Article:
The Breakfast Club is a movie written and directed by John Hughes. It centers around four characters representing stereotypes you often see in high school. Hughes has a brief cameo in the film as one of the students’ fathers during the opening sequence when they are all being dropped off for detention. According to Roger Ebert, the movie presents the common idea of putting different characters in one room and seeing how the conversation unfolds. In fact, one scene of the film was an improvisation. When the four students told their truths together, none of the lines were in the script. Initially, the movie was set to be part of a series. However, The Breakfast Club easily stands alone as one of the greatest movies of the 80s. Before this release, most of Hughes’ movies tackled more accessible subjects. Yet despite the adult topics discussed amongst the four characters, the film has portions of lightheartedness. The music is one thing that keeps the movie from devolving into a biting take on how tough high schoolers have it. This is the ranking of the songs in The Breakfast Club Soundtrack.
10. Love Theme – Keith Forsey
At the end of the movie, there are two opposites attract couples who wind up together; Andrew and Allison and Claire and Bender. The last couple is genuinely an opposites attract pair. Even though it’s unclear whether or not Claire is doing this to rock the boat with her family, you can’t help but root for them. Before you hear a reprieve of the opening song, Don’t You Forget About Me, Claire gives him one of her earrings. Richard Vernon reads Andrew’s concise essay, and Andrew and Allison have a brief moment in the montage set to this song.
9. We Are Not Alone – Karla DeVito
Even though Andrew is featured with his own dance number, the other characters also wind up dancing in the library. It’s a great scene but has less of an impact than the other song. However, the lyrics in the song reflect the fact that although people may feel like they are on the outside and has to stay in their own group, they can let loose and cross social boundaries and find out new truths about themselves.
8. Dream Montage – Keith Forsey
The four characters bond over smoking marijuana in one of the scenes. Even though two of the characters, Claire Standish and Andrew Clark, don’t seem the types. This scene is the first one where the characters realize that they are not the stereotypes people see them as but four humans who can find commonality. Despite being an improbable scene in real life, it has a lasting impact that still resonates with moviegoers three decades later.
7. I’m The Dude – Keith Forsey
Andrew, played by Anthony Michael Hall, is the quintessential nerd. Throughout most of the movie, he tries to stay under the radar and do the next right thing. However, during the marijuana scene, he starts to come out of his shell. Forsey’s tune reflects another side to his character. Andrew starts dancing around the library uninhibited and feeling a little freer to be himself.
6. Waiting – Elizabeth Daily
The janitor in the movie has a minimal role but nonetheless makes an impact. Bender, played by Judd Nelson, tries unsuccessfully to mock him. However, he is brought down to size by the response he receives. Daily’s song echoes through Carl, the janitor’s headphones, when he goes into detention hall.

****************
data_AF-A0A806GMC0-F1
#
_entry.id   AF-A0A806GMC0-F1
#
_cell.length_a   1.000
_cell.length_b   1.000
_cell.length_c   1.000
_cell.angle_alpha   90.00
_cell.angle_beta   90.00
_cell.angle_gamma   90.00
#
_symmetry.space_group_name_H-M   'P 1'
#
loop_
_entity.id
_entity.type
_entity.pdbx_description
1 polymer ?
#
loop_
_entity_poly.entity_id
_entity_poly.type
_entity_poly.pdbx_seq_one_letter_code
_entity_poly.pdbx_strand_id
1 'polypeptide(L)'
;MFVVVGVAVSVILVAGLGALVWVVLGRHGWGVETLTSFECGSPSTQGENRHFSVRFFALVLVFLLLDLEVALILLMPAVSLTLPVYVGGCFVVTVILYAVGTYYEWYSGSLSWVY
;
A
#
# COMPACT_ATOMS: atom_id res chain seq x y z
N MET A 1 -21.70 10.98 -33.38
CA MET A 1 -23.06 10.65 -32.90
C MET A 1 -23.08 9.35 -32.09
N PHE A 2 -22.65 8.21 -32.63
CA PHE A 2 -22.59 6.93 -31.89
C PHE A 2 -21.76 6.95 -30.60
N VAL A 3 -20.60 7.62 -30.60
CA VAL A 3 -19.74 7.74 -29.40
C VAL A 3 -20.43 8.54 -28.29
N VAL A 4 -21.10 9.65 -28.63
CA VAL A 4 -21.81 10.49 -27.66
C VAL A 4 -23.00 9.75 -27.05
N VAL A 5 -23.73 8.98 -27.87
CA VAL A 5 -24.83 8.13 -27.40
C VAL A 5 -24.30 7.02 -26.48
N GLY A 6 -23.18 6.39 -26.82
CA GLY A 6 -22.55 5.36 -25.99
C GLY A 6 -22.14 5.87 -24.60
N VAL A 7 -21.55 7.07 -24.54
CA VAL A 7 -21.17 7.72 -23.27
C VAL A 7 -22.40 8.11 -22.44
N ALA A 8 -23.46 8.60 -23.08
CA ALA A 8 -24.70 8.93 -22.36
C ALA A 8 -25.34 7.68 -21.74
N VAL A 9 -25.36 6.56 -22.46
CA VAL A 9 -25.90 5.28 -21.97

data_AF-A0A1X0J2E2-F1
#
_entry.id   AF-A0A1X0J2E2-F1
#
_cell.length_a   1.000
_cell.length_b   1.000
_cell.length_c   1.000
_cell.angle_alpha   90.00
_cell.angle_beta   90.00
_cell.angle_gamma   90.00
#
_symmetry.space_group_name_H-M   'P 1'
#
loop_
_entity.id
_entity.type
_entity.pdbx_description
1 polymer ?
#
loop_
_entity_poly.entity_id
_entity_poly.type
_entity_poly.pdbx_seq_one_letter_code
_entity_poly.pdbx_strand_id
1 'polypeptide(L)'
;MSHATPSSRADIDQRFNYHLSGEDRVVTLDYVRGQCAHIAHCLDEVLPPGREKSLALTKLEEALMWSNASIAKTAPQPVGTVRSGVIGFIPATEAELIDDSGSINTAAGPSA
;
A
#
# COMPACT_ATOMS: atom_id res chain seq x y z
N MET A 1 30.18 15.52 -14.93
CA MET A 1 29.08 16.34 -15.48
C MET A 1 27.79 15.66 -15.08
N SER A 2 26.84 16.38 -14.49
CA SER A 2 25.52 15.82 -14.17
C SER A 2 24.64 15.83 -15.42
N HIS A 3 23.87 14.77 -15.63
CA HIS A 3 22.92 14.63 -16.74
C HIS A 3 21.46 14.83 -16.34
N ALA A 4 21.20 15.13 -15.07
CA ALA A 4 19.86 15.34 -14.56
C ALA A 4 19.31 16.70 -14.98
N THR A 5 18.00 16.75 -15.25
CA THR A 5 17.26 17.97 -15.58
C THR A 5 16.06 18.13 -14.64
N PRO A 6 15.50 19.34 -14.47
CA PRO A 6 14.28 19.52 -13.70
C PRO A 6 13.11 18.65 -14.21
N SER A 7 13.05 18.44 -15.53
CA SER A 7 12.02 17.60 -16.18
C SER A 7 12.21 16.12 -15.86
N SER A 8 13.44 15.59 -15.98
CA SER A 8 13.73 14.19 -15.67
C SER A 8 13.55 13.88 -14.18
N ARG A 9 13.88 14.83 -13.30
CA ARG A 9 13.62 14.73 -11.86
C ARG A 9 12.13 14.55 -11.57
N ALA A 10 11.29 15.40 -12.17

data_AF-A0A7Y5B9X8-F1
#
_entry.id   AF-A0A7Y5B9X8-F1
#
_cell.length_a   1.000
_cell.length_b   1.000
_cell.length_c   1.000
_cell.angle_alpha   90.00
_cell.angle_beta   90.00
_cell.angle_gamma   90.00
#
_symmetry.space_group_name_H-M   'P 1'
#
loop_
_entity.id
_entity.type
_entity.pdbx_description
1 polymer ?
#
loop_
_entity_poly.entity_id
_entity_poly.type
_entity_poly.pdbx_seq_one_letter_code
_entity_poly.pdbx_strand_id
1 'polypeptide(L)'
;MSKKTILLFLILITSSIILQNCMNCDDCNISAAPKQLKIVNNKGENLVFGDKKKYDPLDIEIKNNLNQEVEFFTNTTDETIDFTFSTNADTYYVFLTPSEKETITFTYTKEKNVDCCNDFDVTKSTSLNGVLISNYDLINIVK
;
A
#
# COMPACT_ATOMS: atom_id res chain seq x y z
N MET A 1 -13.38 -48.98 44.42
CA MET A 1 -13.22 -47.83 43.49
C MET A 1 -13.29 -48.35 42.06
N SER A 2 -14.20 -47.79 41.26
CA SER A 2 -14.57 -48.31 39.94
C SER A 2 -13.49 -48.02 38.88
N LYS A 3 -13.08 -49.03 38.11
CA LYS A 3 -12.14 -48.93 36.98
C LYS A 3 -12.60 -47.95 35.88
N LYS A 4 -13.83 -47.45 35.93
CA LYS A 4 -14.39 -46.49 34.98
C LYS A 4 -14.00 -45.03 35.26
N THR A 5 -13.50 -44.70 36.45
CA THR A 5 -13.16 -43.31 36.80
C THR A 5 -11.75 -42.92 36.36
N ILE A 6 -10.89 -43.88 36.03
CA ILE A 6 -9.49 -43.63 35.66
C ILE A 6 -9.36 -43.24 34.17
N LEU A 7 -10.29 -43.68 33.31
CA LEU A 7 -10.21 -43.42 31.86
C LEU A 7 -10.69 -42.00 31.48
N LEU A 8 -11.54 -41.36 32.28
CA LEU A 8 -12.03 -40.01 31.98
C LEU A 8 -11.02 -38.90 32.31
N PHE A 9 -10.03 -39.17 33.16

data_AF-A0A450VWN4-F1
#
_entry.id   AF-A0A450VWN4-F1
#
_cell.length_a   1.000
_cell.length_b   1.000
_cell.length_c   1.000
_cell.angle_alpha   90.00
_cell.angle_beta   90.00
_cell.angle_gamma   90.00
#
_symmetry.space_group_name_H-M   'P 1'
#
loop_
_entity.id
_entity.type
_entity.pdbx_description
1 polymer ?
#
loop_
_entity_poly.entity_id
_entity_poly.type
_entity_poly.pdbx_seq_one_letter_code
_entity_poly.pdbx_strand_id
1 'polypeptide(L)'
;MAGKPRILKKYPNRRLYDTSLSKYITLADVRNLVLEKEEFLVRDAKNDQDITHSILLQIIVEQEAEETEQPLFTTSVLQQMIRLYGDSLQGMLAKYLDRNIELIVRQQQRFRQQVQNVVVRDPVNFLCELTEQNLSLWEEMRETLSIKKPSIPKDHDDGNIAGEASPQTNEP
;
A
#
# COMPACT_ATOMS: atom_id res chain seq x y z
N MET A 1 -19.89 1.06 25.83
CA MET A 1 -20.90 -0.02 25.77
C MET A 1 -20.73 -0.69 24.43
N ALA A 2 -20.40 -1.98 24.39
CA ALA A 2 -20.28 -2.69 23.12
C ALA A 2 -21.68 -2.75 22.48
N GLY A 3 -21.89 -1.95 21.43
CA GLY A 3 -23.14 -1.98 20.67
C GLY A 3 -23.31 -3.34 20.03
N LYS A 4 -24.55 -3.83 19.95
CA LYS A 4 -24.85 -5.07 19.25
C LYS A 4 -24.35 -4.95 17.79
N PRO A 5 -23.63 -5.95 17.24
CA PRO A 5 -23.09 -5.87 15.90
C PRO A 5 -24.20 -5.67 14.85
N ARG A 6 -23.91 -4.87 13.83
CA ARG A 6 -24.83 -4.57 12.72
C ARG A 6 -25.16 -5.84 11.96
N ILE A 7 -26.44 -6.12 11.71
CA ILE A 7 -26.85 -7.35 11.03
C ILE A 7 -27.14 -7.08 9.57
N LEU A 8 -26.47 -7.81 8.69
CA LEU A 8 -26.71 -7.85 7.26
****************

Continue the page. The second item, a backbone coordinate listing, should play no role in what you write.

5. Didn’t I Tell You – Joyce Kennedy
Even though many of the lines don’t seem to resonate with the movie, there is one standout; “to listen to the feelings that he hides, he doesn’t know why, or what he’s for, and he’s running for a dream he cannot find. The students in the movie are shaped by society’s stereotypes and how they feel the world views them. Additionally, pre-detention, they are all comfortable with the box they’re in. However, after seeing things from another perspective after one day, they will never be able to forget what they find outside of themselves.
4. The Reggae – Keith Forsey
Forsey’s foray into writing music for motion picture soundtracks started with the movie Flashdance. He also worked with top 80s artists like Billy Idol. The Reggae is featured as an addition to The Dream Montage. After the students sneak out to procure marijuana from Bender’s locker, they need to sneak back in undetected. The track is well placed and helps move the scene along.
3. Heart Too Hot To Hold – Stephanie Spruill
This song does not appear during the movie. However, it is part of the end credits after the well-known song, Don’t You Forget About Me. One of the biggest lessons in the movie is how quickly perceptions and relationships can change. After all, the four characters change drastically during one day in detention. The song’s lyrics reflect the questions that go through every teenager’s mind when they wonder if what they are seeing is real or simply an allusion and a stereotype.
2. Fire In The Twilight – Wang Chung
Four vastly different characters wind up in detention together. One of them is Emilio Estevez, who plays a jock named Andrew Clark. Moviegoers get a chance to see why he is so driven to success when his father drops him off at detention. Additionally, his go-getter mindset is fueled by his home life. The song plays after the four sneaks out of detention, and Andrew finally breaks another rule besides the high school prank that got him into detention.
1. Don’t You Forget About Me – Simple Minds
Like many other songs in the movie, Keith Forsey had a hand in co-writing and producing it with Steve Schiff. Simple Minds is a Scottish Band. However, this became one of the most memorable songs in an 80s Brat Pack movie. The song is played during the opening credits as well as the end of the film. Overall, the music is anthemic and reflects not only high school but also the overall feel of the ’80s.